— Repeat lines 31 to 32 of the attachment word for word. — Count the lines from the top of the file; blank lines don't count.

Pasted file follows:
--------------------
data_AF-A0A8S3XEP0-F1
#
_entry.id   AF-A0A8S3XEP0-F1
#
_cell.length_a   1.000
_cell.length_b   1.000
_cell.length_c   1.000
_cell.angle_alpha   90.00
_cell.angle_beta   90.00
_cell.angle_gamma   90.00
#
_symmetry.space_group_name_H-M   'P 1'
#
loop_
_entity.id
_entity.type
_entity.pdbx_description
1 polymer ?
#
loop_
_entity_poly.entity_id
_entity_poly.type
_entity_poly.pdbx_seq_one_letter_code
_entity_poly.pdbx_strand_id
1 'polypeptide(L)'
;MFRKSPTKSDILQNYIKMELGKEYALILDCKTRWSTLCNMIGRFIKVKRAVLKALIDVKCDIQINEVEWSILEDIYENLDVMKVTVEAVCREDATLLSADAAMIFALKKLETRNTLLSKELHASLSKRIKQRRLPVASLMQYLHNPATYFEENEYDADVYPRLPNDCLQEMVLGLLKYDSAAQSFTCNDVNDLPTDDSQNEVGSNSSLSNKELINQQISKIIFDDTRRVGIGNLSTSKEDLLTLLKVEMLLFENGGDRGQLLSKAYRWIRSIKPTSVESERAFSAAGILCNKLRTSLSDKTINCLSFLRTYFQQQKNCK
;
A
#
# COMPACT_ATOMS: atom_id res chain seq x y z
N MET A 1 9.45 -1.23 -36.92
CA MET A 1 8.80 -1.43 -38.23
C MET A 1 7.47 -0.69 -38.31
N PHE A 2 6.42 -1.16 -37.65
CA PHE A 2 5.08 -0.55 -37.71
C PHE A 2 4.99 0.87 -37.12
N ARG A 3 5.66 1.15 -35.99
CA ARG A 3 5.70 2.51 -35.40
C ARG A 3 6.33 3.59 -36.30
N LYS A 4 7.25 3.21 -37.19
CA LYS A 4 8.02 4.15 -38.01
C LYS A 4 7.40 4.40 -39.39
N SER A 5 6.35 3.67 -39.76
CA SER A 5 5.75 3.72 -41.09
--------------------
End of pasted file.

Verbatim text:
N MET A 1 9.45 -1.23 -36.92
CA MET A 1 8.80 -1.43 -38.23